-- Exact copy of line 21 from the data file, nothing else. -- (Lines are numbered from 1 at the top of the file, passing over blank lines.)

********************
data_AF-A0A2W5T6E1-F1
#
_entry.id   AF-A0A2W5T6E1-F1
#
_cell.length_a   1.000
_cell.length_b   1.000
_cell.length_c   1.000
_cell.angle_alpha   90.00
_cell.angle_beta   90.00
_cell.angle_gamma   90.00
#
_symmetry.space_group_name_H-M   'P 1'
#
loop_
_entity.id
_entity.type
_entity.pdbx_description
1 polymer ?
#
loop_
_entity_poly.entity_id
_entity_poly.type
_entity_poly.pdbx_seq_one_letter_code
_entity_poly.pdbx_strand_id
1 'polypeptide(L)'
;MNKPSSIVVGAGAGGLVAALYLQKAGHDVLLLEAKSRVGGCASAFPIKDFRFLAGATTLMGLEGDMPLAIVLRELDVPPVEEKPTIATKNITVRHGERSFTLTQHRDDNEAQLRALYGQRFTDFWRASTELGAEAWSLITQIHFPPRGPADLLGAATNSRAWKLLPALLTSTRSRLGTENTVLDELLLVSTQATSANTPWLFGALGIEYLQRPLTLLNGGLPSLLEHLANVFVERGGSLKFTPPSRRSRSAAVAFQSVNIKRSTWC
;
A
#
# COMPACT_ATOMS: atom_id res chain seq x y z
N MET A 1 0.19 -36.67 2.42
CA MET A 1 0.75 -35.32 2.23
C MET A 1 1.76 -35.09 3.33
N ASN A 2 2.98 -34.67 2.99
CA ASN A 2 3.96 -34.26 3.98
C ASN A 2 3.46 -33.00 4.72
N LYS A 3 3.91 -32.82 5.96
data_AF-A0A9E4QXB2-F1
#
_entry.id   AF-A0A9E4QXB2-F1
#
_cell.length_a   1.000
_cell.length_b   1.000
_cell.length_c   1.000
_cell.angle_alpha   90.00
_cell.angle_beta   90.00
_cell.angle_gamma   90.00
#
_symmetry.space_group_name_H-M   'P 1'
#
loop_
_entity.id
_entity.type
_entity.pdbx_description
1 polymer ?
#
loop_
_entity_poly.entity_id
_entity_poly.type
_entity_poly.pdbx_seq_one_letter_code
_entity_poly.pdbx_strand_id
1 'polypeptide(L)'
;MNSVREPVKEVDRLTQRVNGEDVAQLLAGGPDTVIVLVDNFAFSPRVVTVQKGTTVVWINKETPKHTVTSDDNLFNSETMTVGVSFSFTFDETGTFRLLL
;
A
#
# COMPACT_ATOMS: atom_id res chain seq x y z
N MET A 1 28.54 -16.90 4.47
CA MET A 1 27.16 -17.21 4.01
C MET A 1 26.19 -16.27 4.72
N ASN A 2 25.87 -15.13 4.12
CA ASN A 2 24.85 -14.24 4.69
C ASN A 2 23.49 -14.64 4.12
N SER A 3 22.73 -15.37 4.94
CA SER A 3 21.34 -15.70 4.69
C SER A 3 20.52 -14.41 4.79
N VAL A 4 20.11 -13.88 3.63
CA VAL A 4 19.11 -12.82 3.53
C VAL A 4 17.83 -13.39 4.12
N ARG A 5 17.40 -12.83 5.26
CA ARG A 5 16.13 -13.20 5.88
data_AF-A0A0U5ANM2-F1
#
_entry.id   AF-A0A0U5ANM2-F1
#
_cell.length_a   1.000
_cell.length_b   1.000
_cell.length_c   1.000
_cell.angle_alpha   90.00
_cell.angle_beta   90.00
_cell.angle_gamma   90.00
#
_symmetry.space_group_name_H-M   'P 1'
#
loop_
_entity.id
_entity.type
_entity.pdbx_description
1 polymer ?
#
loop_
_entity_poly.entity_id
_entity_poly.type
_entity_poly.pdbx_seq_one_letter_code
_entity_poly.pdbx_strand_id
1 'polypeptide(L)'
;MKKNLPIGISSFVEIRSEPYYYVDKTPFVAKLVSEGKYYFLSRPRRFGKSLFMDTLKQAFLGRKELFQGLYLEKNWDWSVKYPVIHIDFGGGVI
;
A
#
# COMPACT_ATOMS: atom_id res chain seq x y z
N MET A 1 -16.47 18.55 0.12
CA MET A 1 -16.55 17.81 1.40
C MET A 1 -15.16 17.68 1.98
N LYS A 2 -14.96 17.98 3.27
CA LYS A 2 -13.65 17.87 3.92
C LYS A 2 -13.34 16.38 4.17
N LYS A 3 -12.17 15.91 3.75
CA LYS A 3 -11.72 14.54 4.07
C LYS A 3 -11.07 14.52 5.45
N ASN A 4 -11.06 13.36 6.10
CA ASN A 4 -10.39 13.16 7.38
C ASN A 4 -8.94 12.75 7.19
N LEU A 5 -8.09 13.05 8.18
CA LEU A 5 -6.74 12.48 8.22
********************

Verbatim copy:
_entity_poly.entity_id